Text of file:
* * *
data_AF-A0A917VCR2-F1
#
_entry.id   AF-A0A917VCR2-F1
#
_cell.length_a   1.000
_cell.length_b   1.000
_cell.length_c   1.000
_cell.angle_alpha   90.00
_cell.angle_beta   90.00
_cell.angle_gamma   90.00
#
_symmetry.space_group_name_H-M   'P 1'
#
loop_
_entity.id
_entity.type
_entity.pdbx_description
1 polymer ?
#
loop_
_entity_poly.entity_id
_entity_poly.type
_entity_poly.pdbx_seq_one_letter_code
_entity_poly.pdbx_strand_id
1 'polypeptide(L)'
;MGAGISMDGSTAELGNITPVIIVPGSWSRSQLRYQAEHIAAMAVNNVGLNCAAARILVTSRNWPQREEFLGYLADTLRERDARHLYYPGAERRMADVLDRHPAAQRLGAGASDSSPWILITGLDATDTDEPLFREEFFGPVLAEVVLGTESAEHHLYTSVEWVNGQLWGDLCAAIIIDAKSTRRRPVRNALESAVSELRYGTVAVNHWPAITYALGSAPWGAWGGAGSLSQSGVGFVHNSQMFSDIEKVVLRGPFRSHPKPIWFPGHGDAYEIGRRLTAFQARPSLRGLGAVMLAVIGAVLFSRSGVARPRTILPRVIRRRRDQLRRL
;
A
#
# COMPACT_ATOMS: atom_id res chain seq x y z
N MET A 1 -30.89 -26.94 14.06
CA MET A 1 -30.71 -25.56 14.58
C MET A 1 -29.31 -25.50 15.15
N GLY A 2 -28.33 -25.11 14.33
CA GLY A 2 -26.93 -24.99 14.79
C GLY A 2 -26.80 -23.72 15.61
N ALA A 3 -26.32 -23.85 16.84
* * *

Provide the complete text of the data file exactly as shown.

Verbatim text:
data_AF-A0A917VCR2-F1
#
_entry.id   AF-A0A917VCR2-F1
#
_cell.length_a   1.000
_cell.length_b   1.000
_cell.length_c   1.000
_cell.angle_alpha   90.00
_cell.angle_beta   90.00
_cell.angle_gamma   90.00
#
_symmetry.space_group_name_H-M   'P 1'
#
loop_
_entity.id
_entity.type
_entity.pdbx_description
1 polymer ?
#
loop_
_entity_poly.entity_id
_entity_poly.type
_entity_poly.pdbx_seq_one_letter_code
_entity_poly.pdbx_strand_id
1 'polypeptide(L)'
;MGAGISMDGSTAELGNITPVIIVPGSWSRSQLRYQAEHIAAMAVNNVGLNCAAARILVTSRNWPQREEFLGYLADTLRERDARHLYYPGAERRMADVLDRHPAAQRLGAGASDSSPWILITGLDATDTDEPLFREEFFGPVLAEVVLGTESAEHHLYTSVEWVNGQLWGDLCAAIIIDAKSTRRRPVRNALESAVSELRYGTVAVNHWPAITYALGSAPWGAWGGAGSLSQSGVGFVHNSQMFSDIEKVVLRGPFRSHPKPIWFPGHGDAYEIGRRLTAFQARPSLRGLGAVMLAVIGAVLFSRSGVARPRTILPRVIRRRRDQLRRL
;
A
#
# COMPACT_ATOMS: atom_id res chain seq x y z
N MET A 1 -30.89 -26.94 14.06
CA MET A 1 -30.71 -25.56 14.58
C MET A 1 -29.31 -25.50 15.15
N GLY A 2 -28.33 -25.11 14.33
CA GLY A 2 -26.93 -24.99 14.79
C GLY A 2 -26.80 -23.72 15.61
N ALA A 3 -26.32 -23.85 16.84